Submitted to: International Pepper Conference Proceedings
Publication Type: Proceedings
Publication Acceptance Date: 9/25/2002
Publication Date: 11/20/2002
Citation: Thies, J.A., Fery, R.L., Mueller, J.D. 2002. Root-knot nematode resistant bell peppers: an alternative to methyl bromide. International Pepper Conference Proceedings. http://www.pepperconference.org/proceedings/genetic_session_ipc_2002.pdf Interpretive Summary:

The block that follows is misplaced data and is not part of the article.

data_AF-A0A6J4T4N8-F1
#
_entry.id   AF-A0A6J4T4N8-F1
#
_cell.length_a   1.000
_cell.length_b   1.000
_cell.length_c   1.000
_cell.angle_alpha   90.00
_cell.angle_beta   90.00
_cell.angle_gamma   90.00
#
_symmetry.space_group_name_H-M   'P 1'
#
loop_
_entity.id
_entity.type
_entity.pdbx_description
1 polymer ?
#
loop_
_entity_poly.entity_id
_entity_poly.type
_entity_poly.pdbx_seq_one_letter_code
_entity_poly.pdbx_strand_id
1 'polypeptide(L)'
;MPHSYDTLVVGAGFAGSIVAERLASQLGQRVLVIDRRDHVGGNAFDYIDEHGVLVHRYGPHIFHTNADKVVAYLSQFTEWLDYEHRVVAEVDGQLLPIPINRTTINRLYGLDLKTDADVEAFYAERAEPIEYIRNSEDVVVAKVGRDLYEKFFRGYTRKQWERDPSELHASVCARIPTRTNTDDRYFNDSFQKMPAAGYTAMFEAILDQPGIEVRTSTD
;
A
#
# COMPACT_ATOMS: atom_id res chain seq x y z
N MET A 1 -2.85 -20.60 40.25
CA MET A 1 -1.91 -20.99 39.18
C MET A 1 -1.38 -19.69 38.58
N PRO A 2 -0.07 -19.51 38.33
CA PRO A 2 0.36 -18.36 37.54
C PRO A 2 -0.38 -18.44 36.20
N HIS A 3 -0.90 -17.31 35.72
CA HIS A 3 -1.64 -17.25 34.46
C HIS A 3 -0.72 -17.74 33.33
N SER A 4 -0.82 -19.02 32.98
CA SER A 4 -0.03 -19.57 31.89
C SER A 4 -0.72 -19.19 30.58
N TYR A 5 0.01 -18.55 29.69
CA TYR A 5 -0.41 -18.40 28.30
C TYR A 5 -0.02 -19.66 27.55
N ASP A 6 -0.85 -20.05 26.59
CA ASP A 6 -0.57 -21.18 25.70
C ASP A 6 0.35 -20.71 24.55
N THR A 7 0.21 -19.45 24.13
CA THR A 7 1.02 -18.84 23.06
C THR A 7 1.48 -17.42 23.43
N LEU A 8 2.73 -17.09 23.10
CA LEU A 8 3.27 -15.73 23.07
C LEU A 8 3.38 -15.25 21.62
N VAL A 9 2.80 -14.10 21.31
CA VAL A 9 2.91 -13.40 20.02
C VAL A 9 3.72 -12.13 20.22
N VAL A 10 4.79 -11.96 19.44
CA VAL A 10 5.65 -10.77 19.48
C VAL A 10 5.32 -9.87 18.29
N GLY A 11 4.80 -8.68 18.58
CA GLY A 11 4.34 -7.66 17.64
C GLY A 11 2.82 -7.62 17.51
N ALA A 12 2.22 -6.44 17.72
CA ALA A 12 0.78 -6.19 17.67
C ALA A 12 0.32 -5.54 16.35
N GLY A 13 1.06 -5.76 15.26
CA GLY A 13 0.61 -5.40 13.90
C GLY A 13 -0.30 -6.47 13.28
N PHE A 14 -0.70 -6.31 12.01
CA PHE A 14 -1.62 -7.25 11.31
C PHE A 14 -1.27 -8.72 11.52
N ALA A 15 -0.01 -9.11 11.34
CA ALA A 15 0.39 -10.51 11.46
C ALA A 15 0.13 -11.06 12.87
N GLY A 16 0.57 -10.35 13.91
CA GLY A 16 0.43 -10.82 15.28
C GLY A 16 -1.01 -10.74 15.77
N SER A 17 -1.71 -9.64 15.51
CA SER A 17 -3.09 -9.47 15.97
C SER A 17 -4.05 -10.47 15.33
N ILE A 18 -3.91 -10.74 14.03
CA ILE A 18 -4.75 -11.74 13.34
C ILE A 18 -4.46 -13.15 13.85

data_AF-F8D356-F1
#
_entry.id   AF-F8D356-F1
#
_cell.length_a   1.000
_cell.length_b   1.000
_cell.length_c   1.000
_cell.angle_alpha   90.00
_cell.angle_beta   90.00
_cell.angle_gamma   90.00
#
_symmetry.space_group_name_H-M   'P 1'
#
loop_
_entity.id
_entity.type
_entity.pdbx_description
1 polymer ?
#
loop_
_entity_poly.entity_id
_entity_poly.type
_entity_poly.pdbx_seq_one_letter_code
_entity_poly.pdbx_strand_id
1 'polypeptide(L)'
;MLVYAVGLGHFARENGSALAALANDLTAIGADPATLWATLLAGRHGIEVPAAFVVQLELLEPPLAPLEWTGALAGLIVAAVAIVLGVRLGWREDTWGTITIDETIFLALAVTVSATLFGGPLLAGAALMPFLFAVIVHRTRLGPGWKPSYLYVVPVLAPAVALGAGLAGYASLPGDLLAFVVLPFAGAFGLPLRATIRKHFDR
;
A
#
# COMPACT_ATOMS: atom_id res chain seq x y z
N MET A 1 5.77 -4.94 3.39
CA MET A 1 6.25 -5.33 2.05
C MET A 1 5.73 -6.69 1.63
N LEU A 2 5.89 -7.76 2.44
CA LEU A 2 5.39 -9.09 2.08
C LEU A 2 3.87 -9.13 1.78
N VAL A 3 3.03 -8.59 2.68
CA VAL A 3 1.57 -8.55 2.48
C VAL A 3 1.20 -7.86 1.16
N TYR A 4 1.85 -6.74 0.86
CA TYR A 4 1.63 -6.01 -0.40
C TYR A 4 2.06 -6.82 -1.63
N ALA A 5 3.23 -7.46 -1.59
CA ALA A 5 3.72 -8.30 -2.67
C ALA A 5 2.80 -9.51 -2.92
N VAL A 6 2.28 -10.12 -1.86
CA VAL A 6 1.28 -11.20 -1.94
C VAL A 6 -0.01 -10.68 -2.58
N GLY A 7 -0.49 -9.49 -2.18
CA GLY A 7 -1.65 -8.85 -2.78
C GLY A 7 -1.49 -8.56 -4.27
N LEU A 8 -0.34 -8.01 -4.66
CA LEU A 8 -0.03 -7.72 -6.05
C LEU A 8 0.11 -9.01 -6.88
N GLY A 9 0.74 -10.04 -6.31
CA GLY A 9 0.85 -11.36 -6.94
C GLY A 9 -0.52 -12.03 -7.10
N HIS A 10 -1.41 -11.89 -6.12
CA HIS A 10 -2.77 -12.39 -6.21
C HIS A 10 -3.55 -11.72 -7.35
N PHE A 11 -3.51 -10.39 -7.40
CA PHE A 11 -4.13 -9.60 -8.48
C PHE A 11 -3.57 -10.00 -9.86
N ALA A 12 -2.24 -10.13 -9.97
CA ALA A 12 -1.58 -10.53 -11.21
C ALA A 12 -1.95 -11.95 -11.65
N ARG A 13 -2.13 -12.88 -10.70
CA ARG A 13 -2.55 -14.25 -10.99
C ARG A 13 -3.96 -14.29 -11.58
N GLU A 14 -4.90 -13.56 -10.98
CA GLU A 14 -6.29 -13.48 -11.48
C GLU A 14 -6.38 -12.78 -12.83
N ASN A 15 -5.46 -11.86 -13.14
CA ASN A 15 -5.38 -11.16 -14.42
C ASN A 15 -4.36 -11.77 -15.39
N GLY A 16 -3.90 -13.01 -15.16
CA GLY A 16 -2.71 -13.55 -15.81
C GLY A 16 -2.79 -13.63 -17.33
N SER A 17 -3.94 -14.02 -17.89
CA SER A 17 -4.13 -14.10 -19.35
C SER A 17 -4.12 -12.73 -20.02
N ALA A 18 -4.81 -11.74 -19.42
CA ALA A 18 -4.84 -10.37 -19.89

Technical Abstract: Root-knot nematodes (Meloidogyne spp.) are a major constraint to global production of bell pepper (Capsicum spp.). The effects of these ubiquitous pests are becoming more important on pepper in the U.S. and worldwide due to reduced methyl bromide production with pending removal of this fumigant for pre-plant soil treatment in 2005. Host resistance would be the most economical, environmentally benign alternative to methyl bromide for controlling root-knot nematodes in pepper. The N gene controls resistance to M. incognita, M. arenaria, and M. javanica in the bell pepper cultivars Charleston Belle and Carolina Wonder. Although expression of the N gene is modified at high temperatures (28 C and 32 C), both `Charleston Belle' and `Carolina Wonder' exhibited moderate resistance compared to their respective susceptible recurrent parents `Keystone Resistant Giant' and `Yolo Wonder B'. Expression of the N gene in the heterozygous condition (F1 and F1 reciprocal hybrid populations) against M. incognita was similar to the resistant parent at 24 C, 28 C, and 32 C. This demonstrates that only one of the parental inbred lines needs to be converted to the NN genotype to produce F1 hybrid cultivars with fully functional N-type resistance. The resistant parental inbred can be used to equal advantage as either the paternal or the maternal parent. In field tests at Charleston and Blackville, SC, the resistant cultivars Charleston Belle and Carolina Wonder were highly resistant; root galling was minimal for both cultivars. The susceptible cultivars Keystone Resistant Giant and Yolo Wonder B were highly susceptible; root galling was severe at both test sites. The resistant cultivars supported 93% fewer M. incognita eggs per gram fresh root than the susceptible cultivars. Root-knot resistant bell peppers should provide economical and environmentally compatible alternatives to methyl bromide and other nematicides for managing M. incognita.